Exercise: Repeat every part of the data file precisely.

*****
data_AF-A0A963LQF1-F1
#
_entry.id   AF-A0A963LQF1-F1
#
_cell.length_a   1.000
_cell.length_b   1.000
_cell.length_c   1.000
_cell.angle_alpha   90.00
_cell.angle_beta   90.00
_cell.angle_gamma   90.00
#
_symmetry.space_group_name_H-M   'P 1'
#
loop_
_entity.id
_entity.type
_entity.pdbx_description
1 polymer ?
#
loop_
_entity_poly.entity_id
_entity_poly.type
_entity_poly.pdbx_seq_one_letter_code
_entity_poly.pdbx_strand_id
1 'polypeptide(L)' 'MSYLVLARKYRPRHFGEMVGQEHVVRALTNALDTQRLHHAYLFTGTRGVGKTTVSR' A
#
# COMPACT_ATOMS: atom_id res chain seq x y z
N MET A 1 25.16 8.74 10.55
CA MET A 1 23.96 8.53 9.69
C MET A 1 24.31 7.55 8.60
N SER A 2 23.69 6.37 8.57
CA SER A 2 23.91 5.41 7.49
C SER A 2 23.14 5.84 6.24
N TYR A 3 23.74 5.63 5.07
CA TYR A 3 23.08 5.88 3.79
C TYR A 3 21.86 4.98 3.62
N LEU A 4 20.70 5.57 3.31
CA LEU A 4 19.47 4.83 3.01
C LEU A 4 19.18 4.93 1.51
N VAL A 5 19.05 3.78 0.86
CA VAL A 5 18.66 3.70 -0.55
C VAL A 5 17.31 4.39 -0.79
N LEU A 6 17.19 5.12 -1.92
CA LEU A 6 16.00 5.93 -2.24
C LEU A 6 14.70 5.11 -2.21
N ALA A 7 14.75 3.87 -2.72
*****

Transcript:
data_AF-A0A963LQF1-F1
#
_entry.id   AF-A0A963LQF1-F1
#
_cell.length_a   1.000
_cell.length_b   1.000
_cell.length_c   1.000
_cell.angle_alpha   90.00
_cell.angle_beta   90.00
_cell.angle_gamma   90.00
#
_symmetry.space_group_name_H-M   'P 1'
#
loop_
_entity.id
_entity.type
_entity.pdbx_description
1 polymer ?
#
loop_
_entity_poly.entity_id
_entity_poly.type
_entity_poly.pdbx_seq_one_letter_code
_entity_poly.pdbx_strand_id
1 'polypeptide(L)' 'MSYLVLARKYRPRHFGEMVGQEHVVRALTNALDTQRLHHAYLFTGTRGVGKTTVSR' A
#
# COMPACT_ATOMS: atom_id res chain seq x y z
N MET A 1 25.16 8.74 10.55
CA MET A 1 23.96 8.53 9.69
C MET A 1 24.31 7.55 8.60
N SER A 2 23.69 6.37 8.57
CA SER A 2 23.91 5.41 7.49
C SER A 2 23.14 5.84 6.24
N TYR A 3 23.74 5.63 5.07
CA TYR A 3 23.08 5.88 3.79
C TYR A 3 21.86 4.98 3.62
N LEU A 4 20.70 5.57 3.31
CA LEU A 4 19.47 4.83 3.01
C LEU A 4 19.18 4.93 1.51
N VAL A 5 19.05 3.78 0.86
CA VAL A 5 18.66 3.70 -0.55
C VAL A 5 17.31 4.39 -0.79
N LEU A 6 17.19 5.12 -1.92
CA LEU A 6 16.00 5.93 -2.24
C LEU A 6 14.70 5.11 -2.21
N ALA A 7 14.75 3.87 -2.72